The second Oscar-winning documentary from world-renowned oceanographer Cousteau sees the irrepressible Frenchman and his team diving nearly 300m down in the Red Sea to record the abundant aquatic life found there. Hardcore environmentalists, casual divers, Tony Blair, couch potatoes, tramps, Prince Harry, Keith Richards - it really doesn't matter who you are, you just can't fail to be staggered by the films and achievements of this remarkable, driven man.
Setting a couple of rich kids against a gang of cannibals, The Navigator features a lengthy underwater scene, and was directed by and starred Buster Keaton.
The underwater scene occurs when Keaton (above) flops overboard in an attempt to fix the boat's broken works. Sporting a brass helmet, a canvas suit and 10lb dive boots, the po-faced comic meets all manner of dangerous beasts, as well as several schools of friendly fish.
The film's comedic high-point occurs when Keaton finds himself surrounded by so many fish, flying in so many different directions, that he's forced to act as a traffic cop! Later on, when he's threatened by prowling swordfish, the opportunistic rich kid grabs a passing marlin and duels the surprised fish.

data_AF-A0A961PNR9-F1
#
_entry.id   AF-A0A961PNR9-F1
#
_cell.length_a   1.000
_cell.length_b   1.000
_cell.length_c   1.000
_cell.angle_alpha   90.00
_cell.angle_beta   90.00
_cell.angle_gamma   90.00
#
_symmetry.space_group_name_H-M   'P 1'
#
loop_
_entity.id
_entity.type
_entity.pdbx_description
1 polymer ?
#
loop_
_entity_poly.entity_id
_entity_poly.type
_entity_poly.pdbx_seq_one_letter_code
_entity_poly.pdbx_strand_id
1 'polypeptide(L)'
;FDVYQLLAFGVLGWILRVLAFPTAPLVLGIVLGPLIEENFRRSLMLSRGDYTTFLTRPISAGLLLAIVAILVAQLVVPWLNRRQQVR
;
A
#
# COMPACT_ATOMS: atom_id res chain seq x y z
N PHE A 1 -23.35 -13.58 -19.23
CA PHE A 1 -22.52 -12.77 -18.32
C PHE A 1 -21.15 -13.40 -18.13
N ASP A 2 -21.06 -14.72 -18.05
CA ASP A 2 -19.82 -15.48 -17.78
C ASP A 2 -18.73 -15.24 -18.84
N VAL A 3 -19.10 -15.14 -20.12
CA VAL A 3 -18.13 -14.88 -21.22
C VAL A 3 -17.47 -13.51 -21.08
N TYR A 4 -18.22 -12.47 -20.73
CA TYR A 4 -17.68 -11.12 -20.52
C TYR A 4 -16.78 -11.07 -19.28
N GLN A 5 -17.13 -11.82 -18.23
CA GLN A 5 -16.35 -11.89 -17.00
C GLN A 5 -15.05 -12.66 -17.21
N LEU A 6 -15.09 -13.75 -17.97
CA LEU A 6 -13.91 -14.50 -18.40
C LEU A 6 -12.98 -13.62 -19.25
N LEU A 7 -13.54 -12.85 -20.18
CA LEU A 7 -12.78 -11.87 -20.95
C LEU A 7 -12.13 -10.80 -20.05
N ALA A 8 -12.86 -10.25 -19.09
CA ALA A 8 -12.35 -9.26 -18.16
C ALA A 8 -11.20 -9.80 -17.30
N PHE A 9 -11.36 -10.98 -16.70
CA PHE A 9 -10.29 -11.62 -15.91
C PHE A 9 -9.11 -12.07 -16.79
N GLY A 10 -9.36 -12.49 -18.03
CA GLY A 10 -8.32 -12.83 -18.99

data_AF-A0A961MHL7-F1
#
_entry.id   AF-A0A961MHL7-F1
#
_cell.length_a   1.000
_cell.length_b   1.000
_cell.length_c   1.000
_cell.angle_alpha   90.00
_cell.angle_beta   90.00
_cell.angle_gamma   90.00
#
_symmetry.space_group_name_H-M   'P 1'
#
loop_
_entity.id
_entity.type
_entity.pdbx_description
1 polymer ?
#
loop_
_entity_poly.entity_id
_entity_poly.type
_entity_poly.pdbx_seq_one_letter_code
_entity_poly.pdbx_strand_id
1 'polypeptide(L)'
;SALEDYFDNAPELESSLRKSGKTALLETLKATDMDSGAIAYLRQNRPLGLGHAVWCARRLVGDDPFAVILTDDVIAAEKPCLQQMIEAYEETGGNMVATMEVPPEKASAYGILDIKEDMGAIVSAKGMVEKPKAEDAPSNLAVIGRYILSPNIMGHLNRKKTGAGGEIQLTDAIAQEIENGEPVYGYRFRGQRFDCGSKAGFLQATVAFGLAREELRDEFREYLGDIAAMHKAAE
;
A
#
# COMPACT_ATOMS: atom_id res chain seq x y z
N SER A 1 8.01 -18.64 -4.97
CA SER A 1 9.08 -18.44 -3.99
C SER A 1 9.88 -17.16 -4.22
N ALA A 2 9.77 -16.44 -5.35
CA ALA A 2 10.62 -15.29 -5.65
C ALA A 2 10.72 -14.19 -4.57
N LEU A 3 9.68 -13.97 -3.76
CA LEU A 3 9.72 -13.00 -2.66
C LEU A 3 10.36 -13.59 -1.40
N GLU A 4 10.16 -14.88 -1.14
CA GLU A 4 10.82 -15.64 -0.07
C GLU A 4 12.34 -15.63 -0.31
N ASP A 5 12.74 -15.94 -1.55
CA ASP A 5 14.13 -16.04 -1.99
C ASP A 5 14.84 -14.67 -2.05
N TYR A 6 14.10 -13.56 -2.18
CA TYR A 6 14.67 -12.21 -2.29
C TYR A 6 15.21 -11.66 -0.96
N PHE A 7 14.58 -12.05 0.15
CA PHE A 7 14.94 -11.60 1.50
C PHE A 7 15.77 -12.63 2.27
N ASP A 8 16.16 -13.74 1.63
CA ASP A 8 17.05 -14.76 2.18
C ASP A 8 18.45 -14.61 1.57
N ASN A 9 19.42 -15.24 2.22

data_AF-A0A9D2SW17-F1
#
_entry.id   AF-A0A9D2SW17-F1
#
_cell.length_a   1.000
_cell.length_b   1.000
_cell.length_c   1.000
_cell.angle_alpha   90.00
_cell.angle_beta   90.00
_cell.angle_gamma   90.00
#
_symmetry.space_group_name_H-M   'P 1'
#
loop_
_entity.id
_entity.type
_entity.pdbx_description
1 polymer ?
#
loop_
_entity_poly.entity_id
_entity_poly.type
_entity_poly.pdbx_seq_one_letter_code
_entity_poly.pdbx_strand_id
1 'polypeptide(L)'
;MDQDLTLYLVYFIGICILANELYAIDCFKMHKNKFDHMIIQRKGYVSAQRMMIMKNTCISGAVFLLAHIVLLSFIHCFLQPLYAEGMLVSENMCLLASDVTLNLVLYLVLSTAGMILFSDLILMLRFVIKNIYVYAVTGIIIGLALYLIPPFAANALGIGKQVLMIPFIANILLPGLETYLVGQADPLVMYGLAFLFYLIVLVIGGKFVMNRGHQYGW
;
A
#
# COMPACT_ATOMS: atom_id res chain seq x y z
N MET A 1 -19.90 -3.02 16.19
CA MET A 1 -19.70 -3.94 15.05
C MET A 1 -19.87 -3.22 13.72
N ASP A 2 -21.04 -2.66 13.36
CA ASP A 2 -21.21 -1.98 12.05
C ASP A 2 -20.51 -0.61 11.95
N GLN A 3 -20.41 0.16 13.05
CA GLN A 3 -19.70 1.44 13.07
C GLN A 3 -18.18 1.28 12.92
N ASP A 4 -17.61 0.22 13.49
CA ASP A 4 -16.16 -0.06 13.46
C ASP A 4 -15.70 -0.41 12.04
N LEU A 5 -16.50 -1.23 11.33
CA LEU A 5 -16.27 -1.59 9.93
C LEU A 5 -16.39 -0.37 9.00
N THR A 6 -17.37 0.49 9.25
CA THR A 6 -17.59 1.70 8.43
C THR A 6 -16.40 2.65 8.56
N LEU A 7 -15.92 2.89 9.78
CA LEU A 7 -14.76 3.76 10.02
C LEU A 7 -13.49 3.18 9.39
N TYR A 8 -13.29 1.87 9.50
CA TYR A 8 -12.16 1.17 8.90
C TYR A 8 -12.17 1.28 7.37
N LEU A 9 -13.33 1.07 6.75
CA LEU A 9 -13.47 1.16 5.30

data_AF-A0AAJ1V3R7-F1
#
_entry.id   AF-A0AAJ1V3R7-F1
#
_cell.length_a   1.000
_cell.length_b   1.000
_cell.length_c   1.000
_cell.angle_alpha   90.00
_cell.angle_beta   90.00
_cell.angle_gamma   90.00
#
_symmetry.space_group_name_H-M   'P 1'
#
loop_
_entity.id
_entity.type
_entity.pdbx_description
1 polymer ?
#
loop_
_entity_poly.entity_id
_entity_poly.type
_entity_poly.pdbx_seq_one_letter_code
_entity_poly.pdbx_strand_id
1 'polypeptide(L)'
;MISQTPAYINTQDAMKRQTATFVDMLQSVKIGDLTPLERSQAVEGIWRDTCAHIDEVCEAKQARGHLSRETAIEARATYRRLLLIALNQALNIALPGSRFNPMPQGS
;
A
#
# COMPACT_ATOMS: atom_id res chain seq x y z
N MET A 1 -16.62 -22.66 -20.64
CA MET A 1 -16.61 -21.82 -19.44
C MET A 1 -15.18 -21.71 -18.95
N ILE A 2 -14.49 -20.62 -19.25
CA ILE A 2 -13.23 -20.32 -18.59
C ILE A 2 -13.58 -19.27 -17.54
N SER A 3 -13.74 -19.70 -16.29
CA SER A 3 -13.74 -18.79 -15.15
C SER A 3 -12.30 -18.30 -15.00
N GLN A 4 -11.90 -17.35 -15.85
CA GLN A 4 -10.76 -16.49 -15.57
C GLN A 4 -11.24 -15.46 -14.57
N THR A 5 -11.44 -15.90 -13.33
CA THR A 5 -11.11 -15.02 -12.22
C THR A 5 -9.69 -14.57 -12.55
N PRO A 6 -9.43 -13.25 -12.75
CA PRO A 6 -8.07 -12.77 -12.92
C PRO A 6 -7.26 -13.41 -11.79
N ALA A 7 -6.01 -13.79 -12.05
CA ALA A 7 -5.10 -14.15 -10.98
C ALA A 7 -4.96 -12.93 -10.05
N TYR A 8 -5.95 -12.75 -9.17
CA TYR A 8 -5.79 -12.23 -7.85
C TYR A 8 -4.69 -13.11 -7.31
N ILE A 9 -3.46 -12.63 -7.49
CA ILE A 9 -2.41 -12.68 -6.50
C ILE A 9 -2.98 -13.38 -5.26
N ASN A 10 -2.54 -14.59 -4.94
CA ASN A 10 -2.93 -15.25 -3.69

One of Keaton's better efforts, the shoot for this film comprised a series of technological disasters that burnt the fraught funnyman's nerves to a frazzle.
The most aqua-friendly Bond movie, and a veritable orgy of underwater rumblin' and tumblin', this film is considered responsible for introducing submerged sequences into the Bond franchise. With a whole bunch of nuclear weapons sunk off the coast of Miami, and SPECTRE looming, the only man HM Government can call on is our Jimmy.